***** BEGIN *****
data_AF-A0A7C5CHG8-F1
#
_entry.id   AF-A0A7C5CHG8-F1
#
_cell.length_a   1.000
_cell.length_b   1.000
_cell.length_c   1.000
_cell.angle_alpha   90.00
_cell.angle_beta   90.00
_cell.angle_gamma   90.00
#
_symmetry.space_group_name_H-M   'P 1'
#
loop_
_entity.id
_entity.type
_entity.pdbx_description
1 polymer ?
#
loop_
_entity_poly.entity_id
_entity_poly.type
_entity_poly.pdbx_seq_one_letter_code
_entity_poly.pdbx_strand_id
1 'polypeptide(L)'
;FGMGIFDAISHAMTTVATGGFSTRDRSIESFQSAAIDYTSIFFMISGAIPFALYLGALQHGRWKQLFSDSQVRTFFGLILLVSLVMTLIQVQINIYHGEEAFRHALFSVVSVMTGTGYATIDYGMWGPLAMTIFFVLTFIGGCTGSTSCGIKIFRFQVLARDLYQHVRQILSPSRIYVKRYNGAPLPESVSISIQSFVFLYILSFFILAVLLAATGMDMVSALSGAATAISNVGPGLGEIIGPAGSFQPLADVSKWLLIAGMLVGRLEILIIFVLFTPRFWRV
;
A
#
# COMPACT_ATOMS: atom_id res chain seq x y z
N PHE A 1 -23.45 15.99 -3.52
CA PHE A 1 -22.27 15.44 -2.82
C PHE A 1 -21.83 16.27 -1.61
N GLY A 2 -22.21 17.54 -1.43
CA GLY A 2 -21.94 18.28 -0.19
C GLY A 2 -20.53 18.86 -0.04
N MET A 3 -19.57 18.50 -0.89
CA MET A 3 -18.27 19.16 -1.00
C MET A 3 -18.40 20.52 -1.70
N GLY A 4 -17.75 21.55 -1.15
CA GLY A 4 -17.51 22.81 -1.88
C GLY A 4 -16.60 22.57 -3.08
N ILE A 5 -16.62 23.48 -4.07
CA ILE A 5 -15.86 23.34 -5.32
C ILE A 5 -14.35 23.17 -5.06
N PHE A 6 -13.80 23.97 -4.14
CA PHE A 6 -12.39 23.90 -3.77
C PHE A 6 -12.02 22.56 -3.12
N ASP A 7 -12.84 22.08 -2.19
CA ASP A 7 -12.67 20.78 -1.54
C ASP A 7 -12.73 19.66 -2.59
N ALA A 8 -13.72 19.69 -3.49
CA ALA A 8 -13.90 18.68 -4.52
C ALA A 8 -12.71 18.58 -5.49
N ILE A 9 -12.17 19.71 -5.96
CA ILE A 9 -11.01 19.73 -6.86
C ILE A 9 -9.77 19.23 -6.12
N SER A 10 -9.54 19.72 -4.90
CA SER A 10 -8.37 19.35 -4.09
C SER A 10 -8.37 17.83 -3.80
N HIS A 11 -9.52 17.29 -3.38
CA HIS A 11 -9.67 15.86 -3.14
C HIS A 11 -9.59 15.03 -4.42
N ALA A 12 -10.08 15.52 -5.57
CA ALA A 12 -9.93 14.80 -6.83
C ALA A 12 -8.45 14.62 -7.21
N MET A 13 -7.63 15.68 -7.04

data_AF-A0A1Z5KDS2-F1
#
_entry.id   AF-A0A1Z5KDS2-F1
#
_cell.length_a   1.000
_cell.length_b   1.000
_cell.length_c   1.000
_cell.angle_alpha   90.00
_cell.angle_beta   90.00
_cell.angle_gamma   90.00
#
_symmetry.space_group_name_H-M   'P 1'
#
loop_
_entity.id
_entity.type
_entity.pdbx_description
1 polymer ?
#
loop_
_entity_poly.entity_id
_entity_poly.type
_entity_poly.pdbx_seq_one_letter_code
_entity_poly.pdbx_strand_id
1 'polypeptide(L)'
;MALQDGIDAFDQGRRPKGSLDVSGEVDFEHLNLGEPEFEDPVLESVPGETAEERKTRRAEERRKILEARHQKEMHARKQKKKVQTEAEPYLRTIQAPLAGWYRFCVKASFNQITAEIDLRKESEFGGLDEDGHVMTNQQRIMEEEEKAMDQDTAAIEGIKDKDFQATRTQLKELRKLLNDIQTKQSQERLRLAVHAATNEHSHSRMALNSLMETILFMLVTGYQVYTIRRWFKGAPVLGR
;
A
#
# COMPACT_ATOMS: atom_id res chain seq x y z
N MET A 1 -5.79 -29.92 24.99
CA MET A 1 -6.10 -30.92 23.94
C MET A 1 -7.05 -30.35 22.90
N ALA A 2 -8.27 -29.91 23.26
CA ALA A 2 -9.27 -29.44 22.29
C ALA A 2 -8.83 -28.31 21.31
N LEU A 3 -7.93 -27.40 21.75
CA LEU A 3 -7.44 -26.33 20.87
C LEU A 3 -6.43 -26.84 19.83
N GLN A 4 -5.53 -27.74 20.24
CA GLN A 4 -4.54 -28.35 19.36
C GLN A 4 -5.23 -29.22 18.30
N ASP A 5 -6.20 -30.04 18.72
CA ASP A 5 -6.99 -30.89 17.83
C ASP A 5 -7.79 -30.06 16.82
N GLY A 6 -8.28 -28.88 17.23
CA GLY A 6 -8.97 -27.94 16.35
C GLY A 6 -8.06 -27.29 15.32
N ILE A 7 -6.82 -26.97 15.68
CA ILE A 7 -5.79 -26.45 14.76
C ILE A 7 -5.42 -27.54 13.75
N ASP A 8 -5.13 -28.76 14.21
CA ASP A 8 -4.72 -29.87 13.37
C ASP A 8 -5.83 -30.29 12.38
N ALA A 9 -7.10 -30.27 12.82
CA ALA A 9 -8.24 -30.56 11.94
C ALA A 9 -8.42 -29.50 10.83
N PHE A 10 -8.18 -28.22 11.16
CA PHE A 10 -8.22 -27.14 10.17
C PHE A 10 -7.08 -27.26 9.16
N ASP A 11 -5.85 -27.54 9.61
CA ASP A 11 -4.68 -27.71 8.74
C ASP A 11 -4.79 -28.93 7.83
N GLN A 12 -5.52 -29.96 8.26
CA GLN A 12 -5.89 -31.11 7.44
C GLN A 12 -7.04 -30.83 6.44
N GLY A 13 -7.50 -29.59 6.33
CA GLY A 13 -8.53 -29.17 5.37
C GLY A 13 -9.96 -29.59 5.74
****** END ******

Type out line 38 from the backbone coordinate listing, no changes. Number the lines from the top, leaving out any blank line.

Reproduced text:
CA MET A 3 -18.27 19.16 -1.00